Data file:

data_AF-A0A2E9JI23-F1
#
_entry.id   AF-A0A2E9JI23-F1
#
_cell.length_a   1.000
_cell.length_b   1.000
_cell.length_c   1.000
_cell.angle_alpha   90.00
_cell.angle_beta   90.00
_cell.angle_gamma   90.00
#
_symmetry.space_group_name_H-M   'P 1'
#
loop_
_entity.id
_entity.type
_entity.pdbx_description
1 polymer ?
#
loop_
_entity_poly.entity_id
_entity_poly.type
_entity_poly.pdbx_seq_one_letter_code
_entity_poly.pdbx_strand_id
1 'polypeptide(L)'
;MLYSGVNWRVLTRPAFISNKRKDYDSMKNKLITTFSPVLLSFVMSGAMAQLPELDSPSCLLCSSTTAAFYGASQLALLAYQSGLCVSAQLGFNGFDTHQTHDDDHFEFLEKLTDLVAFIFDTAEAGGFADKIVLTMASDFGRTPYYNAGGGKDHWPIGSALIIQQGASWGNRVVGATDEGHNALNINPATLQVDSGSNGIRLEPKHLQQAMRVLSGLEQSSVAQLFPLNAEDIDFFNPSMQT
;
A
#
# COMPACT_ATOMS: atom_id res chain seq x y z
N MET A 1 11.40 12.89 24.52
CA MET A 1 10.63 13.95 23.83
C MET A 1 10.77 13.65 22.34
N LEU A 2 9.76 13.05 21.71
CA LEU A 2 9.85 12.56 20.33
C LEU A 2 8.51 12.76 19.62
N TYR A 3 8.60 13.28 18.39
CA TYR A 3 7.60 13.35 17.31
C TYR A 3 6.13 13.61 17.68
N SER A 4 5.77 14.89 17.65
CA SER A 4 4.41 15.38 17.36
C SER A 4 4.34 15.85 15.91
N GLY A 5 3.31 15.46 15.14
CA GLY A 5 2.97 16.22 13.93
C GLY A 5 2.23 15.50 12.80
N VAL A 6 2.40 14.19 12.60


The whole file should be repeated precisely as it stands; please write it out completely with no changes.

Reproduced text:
data_AF-A0A2E9JI23-F1
#
_entry.id   AF-A0A2E9JI23-F1
#
_cell.length_a   1.000
_cell.length_b   1.000
_cell.length_c   1.000
_cell.angle_alpha   90.00
_cell.angle_beta   90.00
_cell.angle_gamma   90.00
#
_symmetry.space_group_name_H-M   'P 1'
#
loop_
_entity.id
_entity.type
_entity.pdbx_description
1 polymer ?
#
loop_
_entity_poly.entity_id
_entity_poly.type
_entity_poly.pdbx_seq_one_letter_code
_entity_poly.pdbx_strand_id
1 'polypeptide(L)'
;MLYSGVNWRVLTRPAFISNKRKDYDSMKNKLITTFSPVLLSFVMSGAMAQLPELDSPSCLLCSSTTAAFYGASQLALLAYQSGLCVSAQLGFNGFDTHQTHDDDHFEFLEKLTDLVAFIFDTAEAGGFADKIVLTMASDFGRTPYYNAGGGKDHWPIGSALIIQQGASWGNRVVGATDEGHNALNINPATLQVDSGSNGIRLEPKHLQQAMRVLSGLEQSSVAQLFPLNAEDIDFFNPSMQT
;
A
#
# COMPACT_ATOMS: atom_id res chain seq x y z
N MET A 1 11.40 12.89 24.52
CA MET A 1 10.63 13.95 23.83
C MET A 1 10.77 13.65 22.34
N LEU A 2 9.76 13.05 21.71
CA LEU A 2 9.85 12.56 20.33
C LEU A 2 8.51 12.76 19.62
N TYR A 3 8.60 13.28 18.39
CA TYR A 3 7.60 13.35 17.31
C TYR A 3 6.13 13.61 17.68
N SER A 4 5.77 14.89 17.65
CA SER A 4 4.41 15.38 17.36
C SER A 4 4.34 15.85 15.91
N GLY A 5 3.31 15.46 15.14
CA GLY A 5 2.97 16.22 13.93
C GLY A 5 2.23 15.50 12.80
N VAL A 6 2.40 14.19 12.60